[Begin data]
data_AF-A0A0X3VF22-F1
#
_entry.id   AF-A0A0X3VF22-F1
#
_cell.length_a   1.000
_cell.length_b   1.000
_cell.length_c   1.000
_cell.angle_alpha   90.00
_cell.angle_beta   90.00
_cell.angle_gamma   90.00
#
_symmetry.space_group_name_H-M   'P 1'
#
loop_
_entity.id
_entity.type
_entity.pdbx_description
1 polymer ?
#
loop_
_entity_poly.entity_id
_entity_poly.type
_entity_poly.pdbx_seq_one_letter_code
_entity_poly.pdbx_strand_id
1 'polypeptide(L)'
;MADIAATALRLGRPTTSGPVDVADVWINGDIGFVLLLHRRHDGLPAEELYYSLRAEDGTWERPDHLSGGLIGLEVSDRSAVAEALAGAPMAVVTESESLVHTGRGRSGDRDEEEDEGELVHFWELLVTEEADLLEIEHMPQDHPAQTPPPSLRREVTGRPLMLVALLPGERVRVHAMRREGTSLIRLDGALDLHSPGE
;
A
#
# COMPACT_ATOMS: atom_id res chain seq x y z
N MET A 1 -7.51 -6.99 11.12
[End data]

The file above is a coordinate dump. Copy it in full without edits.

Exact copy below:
data_AF-A0A0X3VF22-F1
#
_entry.id   AF-A0A0X3VF22-F1
#
_cell.length_a   1.000
_cell.length_b   1.000
_cell.length_c   1.000
_cell.angle_alpha   90.00
_cell.angle_beta   90.00
_cell.angle_gamma   90.00
#
_symmetry.space_group_name_H-M   'P 1'
#
loop_
_entity.id
_entity.type
_entity.pdbx_description
1 polymer ?
#
loop_
_entity_poly.entity_id
_entity_poly.type
_entity_poly.pdbx_seq_one_letter_code
_entity_poly.pdbx_strand_id
1 'polypeptide(L)'
;MADIAATALRLGRPTTSGPVDVADVWINGDIGFVLLLHRRHDGLPAEELYYSLRAEDGTWERPDHLSGGLIGLEVSDRSAVAEALAGAPMAVVTESESLVHTGRGRSGDRDEEEDEGELVHFWELLVTEEADLLEIEHMPQDHPAQTPPPSLRREVTGRPLMLVALLPGERVRVHAMRREGTSLIRLDGALDLHSPGE
;
A
#
# COMPACT_ATOMS: atom_id res chain seq x y z
N MET A 1 -7.51 -6.99 11.12